Scott Hanselman

Hanselminutes on 9 - Follow up, 6 months later, On Managing People with Chris Sells

January 21, '10 Comments [6] Posted in Microsoft | Musings
Sponsored By
STO Ninja Logo - A square with a little Ninja Dude insdeSix months ago when my role changed a bit, I took Chris Sells to lunch at our local food court (where the lady at the Indian Restaurant always shakes the big piece of chicken off her serving spoon before she dishes my plate, but I'm not bitter) to talk about being a successful manager at Microsoft.

You might watch that short video from August of 2009 first, if you haven't seen it, before you watch this follow up.

I've led teams of developers on projects, but never done the whole HR thing in a large hierarchy. When I was Chief Architect at Corillian (about 450 people) I reported to the CTO but the VP of Engineering handled the human resources aspects of management and I focused on technology and strategy.

Chris leads a team at Microsoft and seems to get a lot done, so I figured it'd be a good idea. Check out our FIRST video interview from the August 2009 lunch here, then watch this FOLLOWUP Lunch from yesterday (about six months after the first) where I at first admit defeat, then go back into being in denial, then I leave to redouble my efforts. Enjoy the Wisdom of Chris Sells as he attempts to set me straight.

"Developers at Microsoft write code. Program Managers at Microsoft delete email.*"

Part 2 - Follow up with Chris Sells on Managing People - January 2010

 image

Part 1 - Chris Sells on Managing People - August 2009

Enjoy!

* Joke. We also move email into folders and schedule meetings.

About Scott

Scott Hanselman is a former professor, former Chief Architect in finance, now speaker, consultant, father, diabetic, and Microsoft employee. He is a failed stand-up comic, a cornrower, and a book author.

facebook twitter subscribe
About   Newsletter
Sponsored By
Hosting By
Dedicated Windows Server Hosting by ORCS Web
Thursday, January 21, 2010 8:19:42 AM UTC
Your site looks good! That's bad, right?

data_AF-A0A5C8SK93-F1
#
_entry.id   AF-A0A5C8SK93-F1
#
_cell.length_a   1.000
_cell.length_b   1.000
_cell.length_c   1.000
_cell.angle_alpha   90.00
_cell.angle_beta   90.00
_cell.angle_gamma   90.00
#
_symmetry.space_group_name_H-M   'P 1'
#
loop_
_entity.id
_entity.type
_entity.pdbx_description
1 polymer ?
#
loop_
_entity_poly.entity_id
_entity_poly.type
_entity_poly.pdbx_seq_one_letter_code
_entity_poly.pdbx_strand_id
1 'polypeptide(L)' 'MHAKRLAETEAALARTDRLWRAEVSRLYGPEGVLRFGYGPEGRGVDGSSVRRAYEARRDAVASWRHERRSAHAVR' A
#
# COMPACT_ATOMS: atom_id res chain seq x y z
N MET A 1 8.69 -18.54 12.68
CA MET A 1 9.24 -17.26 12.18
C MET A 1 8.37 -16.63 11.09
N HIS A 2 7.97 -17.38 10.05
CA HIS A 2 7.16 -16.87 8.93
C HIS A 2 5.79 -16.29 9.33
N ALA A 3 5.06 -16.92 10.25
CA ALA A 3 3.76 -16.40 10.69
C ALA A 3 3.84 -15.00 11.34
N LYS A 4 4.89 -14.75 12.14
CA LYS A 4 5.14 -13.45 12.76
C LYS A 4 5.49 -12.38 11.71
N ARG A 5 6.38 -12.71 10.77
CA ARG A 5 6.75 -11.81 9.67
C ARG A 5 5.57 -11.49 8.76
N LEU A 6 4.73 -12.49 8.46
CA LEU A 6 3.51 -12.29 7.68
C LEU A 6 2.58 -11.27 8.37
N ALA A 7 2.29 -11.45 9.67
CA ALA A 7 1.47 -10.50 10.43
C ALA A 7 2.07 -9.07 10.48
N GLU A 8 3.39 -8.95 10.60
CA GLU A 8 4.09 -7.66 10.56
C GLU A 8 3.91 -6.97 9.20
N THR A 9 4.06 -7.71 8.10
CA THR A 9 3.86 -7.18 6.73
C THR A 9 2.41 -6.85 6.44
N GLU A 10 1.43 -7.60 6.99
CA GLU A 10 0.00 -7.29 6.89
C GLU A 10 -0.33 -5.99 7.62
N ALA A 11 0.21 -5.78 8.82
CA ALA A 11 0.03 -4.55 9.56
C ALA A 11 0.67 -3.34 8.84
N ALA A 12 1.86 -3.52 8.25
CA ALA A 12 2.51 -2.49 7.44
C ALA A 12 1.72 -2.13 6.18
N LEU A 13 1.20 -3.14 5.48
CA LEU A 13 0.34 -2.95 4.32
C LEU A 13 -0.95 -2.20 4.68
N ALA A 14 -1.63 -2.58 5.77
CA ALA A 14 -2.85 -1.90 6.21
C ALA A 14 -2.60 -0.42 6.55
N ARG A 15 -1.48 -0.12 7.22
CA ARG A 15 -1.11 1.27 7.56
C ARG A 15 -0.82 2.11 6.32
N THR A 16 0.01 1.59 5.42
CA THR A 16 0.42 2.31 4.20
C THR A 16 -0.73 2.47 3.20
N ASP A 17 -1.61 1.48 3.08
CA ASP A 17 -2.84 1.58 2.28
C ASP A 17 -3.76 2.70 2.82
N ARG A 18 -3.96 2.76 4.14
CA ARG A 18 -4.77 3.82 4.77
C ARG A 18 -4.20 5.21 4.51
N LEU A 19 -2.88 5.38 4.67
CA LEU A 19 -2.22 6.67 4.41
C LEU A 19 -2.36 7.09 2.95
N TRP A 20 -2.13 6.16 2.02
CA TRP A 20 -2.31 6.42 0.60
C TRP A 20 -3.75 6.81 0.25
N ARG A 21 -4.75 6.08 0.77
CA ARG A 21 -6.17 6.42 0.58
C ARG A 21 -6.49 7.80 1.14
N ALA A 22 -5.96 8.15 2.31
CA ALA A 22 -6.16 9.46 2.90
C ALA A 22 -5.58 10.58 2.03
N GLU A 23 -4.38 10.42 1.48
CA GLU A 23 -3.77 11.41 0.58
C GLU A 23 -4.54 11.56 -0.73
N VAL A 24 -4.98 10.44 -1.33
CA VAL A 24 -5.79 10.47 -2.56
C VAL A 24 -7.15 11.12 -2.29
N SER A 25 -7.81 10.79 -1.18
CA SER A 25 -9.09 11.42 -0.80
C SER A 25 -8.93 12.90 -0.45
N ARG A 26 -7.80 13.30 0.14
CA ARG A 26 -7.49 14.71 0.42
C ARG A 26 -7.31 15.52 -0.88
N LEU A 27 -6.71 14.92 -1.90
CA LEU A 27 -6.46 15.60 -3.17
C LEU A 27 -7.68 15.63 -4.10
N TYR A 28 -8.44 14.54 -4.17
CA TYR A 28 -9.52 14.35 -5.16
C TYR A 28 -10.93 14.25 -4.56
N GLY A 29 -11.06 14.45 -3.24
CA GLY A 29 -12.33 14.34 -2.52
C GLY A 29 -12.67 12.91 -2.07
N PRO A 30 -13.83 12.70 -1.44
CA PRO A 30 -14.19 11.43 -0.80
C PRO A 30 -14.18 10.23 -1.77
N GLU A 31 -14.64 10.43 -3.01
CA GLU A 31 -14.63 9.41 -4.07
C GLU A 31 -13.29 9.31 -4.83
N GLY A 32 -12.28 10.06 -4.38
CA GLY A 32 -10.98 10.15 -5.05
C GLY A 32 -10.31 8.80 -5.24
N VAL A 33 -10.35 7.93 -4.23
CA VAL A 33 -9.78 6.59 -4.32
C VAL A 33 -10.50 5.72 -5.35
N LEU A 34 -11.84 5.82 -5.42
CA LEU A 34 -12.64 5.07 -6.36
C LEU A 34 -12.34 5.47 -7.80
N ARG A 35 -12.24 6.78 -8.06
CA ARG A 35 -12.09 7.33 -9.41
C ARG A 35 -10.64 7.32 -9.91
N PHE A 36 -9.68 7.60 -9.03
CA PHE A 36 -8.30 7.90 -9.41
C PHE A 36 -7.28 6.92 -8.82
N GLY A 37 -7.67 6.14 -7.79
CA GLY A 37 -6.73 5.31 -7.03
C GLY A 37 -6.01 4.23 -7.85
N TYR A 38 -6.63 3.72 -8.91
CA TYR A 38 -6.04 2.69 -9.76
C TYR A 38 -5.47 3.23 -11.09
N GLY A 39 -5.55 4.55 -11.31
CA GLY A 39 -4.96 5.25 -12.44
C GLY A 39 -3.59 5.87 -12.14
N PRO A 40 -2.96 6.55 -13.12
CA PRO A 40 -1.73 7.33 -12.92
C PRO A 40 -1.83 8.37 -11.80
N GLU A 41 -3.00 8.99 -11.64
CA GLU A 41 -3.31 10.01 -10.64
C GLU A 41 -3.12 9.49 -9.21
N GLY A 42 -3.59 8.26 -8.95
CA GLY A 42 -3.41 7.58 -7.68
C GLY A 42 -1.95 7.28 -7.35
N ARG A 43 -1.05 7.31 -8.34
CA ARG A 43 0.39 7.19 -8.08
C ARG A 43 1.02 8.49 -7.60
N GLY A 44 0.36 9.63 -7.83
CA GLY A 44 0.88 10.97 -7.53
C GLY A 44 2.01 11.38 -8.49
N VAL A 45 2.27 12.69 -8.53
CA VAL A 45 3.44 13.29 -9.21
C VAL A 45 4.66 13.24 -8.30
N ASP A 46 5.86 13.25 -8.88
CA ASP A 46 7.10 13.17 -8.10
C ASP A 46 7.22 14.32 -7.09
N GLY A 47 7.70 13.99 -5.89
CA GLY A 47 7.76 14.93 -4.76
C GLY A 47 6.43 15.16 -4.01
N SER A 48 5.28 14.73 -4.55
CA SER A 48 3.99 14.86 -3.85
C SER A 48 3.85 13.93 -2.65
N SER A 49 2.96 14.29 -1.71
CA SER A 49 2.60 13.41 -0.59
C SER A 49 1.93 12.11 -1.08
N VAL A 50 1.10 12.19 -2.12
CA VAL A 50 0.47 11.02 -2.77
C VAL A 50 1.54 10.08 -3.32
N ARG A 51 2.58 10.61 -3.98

Thursday, January 21, 2010 8:36:01 PM UTC
Any chance these (The on 9 series) will be included in the normal hanselminute podcast list?
I just realised that I wasn't getting these because it wasn't directly obvious that they weren’t included because the name is so similar.
Thursday, January 21, 2010 9:40:54 PM UTC
Robert - Ya, these are kind of a mini-series I've been doing for Channel 9. I just named them this way so folks will understand they are related. I haven't figured out a clean way to integrate them back into the actual Hanselminutes feed.
Friday, January 22, 2010 9:50:10 AM UTC
Happy Birthday Scott!
Ian
Friday, January 22, 2010 5:03:30 PM UTC
I especially enjoy these videos since I became a manager roughly the same time as you did. I'm in a much smaller, less software development oriented business (we're a small department) but I find myself running into the same issues that you do. Its nice to get the same 'mentor talk' from Chris (even if I'm only watching a video of it)

Great post!
Friday, January 22, 2010 9:26:33 PM UTC
yea i dont know how other great project managers do it but, I for one was put in a project manager position temporarily and it was the most frustrating thing i've ever done.

I am a horrible people person, and what your video spoke about was right on. People kept telling me what they were doing that was not work related (i will be out tomorrow, long lunch, my kid's recital is starting early etc), and i kept yelling in my head "I dont give a F----", and I was easily frustrated with people constantly coming to me with their personal problems. The emails were just out of control, where it became instant messaging to some people.

Being a project manager is like working a full time job at home where you have to watch your five kids(who are super active) at the same time. You have to balance meeting their needs with your own work.
Comments are closed.

Disclaimer: The opinions expressed herein are my own personal opinions and do not represent my employer's view in any way.